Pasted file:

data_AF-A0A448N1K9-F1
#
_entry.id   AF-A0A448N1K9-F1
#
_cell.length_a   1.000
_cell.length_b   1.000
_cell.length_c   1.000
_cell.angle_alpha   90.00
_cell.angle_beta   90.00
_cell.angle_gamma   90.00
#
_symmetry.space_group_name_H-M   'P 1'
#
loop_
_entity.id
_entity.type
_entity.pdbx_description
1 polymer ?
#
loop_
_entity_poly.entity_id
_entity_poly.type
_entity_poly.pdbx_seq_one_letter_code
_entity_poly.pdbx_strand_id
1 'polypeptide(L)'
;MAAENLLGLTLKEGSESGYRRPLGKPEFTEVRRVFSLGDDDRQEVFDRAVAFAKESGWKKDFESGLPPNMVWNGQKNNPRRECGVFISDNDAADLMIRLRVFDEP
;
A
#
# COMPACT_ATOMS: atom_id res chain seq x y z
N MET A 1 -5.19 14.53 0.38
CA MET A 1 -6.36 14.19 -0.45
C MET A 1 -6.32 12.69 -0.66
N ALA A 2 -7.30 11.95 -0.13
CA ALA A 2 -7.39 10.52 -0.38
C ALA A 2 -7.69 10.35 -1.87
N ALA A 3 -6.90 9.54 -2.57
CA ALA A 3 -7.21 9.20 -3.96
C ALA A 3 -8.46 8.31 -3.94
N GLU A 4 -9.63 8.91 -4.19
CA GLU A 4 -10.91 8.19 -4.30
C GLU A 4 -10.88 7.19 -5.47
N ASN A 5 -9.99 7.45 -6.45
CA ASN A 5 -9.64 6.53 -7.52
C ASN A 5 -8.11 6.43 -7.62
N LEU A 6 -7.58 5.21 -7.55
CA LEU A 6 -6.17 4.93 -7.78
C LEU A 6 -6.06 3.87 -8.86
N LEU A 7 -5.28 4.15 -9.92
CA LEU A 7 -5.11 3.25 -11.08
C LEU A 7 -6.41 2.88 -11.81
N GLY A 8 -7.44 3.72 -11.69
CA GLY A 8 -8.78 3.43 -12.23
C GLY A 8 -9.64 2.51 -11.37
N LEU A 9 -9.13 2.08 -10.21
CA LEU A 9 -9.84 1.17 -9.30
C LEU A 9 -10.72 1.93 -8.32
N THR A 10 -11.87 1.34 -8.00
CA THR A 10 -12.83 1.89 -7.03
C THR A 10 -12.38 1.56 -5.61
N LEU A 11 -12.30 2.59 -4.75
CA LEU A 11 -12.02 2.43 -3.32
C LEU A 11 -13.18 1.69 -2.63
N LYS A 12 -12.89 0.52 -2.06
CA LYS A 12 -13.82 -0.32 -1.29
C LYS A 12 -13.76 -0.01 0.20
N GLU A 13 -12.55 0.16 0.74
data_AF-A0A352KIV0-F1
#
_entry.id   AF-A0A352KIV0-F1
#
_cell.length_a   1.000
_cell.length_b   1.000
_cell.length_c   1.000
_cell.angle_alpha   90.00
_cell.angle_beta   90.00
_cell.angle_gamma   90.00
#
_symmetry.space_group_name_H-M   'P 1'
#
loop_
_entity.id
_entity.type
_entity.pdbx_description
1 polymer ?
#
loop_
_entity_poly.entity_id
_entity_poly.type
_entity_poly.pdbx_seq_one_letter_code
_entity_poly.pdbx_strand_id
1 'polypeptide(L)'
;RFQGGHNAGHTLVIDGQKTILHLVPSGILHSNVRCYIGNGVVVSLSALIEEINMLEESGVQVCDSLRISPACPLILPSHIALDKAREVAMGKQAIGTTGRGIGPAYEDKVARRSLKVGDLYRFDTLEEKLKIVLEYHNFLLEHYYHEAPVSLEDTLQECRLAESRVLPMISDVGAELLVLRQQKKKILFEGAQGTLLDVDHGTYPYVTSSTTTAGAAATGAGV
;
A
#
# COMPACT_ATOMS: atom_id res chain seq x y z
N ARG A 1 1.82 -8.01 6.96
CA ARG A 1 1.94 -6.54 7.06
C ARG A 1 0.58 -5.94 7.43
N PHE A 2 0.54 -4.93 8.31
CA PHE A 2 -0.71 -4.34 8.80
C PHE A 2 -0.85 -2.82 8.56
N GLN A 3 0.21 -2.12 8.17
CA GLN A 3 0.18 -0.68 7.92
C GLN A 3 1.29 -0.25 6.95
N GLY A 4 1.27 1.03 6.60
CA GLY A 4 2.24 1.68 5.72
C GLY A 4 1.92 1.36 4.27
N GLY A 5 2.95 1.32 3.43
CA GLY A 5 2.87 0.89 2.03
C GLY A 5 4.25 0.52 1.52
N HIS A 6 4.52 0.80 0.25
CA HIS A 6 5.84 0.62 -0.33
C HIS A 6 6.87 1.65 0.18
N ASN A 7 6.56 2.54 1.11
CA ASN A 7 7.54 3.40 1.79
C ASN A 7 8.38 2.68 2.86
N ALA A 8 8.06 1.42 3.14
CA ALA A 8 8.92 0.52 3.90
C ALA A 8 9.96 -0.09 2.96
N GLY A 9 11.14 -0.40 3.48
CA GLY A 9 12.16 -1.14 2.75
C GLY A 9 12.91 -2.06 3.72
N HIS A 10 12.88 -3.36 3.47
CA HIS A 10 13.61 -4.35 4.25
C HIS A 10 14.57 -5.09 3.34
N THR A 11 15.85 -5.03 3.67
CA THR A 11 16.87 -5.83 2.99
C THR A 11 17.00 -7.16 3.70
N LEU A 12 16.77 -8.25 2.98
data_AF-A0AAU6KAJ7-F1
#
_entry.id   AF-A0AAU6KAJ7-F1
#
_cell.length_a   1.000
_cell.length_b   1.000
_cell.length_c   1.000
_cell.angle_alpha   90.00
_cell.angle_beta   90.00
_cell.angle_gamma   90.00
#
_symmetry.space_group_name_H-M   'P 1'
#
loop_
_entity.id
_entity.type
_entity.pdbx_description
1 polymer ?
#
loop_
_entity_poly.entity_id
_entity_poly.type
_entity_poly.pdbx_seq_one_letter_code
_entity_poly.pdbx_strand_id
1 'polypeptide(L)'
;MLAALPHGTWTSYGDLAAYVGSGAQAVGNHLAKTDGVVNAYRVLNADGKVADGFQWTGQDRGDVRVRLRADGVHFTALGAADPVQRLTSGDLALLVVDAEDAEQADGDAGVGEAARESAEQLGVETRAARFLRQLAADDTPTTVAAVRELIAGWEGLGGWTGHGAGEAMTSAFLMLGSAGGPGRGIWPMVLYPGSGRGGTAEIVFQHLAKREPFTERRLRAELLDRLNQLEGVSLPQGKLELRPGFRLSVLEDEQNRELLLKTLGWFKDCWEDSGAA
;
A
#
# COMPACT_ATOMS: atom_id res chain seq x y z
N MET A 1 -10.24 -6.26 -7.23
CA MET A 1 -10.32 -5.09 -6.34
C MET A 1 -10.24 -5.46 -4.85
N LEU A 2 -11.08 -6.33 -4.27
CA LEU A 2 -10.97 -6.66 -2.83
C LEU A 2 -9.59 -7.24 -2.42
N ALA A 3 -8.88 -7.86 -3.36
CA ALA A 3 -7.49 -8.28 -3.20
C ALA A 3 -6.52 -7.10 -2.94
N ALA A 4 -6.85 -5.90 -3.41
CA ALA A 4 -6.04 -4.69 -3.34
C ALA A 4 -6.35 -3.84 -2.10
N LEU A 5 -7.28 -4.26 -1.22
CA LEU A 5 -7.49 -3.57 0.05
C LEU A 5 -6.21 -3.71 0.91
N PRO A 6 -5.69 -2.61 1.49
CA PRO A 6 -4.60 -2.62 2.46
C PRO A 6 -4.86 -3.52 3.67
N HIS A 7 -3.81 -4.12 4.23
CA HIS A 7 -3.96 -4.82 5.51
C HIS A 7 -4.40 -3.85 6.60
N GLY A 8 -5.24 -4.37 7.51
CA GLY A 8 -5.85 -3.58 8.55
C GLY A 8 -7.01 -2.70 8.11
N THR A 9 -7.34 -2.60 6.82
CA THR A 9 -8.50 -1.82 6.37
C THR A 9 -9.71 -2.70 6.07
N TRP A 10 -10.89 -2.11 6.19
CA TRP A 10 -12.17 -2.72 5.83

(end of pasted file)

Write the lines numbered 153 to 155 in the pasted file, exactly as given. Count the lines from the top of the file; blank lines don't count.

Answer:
_entity_poly.type
_entity_poly.pdbx_seq_one_letter_code
_entity_poly.pdbx_strand_id